The epigenetic results closely parallel physical results. See post #201. In addition to those things noted in that post, I experienced an elimination of a distortion in the Amsler grid that I'd seen for some years. The increase in shoe size I noted there finally stopped. 

 

Even with younger looks and performance, there is at this point, no way outside of giving a bone marrow telomere sample to determine if the bone marrow is being used up at an increased rate (as the price for greater health), or whether genuine rejuvenation has taken place.

 

On the bright side, mouse studies such as this one [https://onlinelibrar...1111/acel.13110 , see Figure 1], where there was a control group who had increased bone marrow mobilisation (but no exogenous replacement), experienced a normal lifespan (you could argue it was slightly reduced but it wasn't statistically significant).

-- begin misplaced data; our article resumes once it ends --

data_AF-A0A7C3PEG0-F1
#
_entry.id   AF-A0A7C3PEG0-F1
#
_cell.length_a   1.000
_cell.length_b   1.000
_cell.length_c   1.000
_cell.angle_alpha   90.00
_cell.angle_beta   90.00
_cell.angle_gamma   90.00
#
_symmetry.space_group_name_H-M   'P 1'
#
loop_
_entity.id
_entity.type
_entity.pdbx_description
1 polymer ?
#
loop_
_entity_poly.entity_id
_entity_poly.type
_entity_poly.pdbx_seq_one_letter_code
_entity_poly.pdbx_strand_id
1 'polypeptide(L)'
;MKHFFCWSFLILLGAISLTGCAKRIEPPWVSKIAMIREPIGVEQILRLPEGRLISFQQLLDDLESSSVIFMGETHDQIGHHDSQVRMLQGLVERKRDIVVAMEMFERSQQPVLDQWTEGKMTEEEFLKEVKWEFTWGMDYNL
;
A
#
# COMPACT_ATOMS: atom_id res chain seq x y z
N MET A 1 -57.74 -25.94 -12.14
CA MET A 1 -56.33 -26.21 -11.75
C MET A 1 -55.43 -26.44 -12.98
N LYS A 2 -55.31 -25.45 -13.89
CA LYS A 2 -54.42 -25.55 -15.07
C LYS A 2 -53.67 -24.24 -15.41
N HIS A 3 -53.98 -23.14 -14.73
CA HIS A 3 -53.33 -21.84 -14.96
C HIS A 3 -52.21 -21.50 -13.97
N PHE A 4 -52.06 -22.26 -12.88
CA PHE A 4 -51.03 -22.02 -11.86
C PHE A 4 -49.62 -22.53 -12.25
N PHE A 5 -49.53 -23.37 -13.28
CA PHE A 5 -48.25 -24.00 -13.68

So Turnbuckle's advice that this is a geriatric treatment only, is probably wise. 


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#1177 Turnbuckle

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Posted 04 March 2020 - 12:48 PM

Even with younger looks and performance, there is at this point, no way outside of giving a bone marrow telomere sample to determine if the bone marrow is being used up at an increased rate (as the price for greater health), or whether genuine rejuvenation has taken place.

 

 

 

 

I very much doubt that telomere length of bone marrow is predictive of anything, particularly aging or longevity.

 

 

Background and aim of the work: Bone marrow failure syndromes (BMFS) includes inherited and acquired conditions.... We have found that there is a significant difference in relative telomere length between congenital group and controls (p=0.001), also a significant difference between acquired group and controls (p= 0.029). However, there is no significant difference between congenital and acquired groups (p= 0.479). There is no significant correlation between the telomere length and the overall survival or prognosis of the patients of BMFS.

 


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#1178 QuestforLife

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Posted 04 March 2020 - 02:42 PM

I very much doubt that telomere length of bone marrow is predictive of anything, particularly aging or longevity.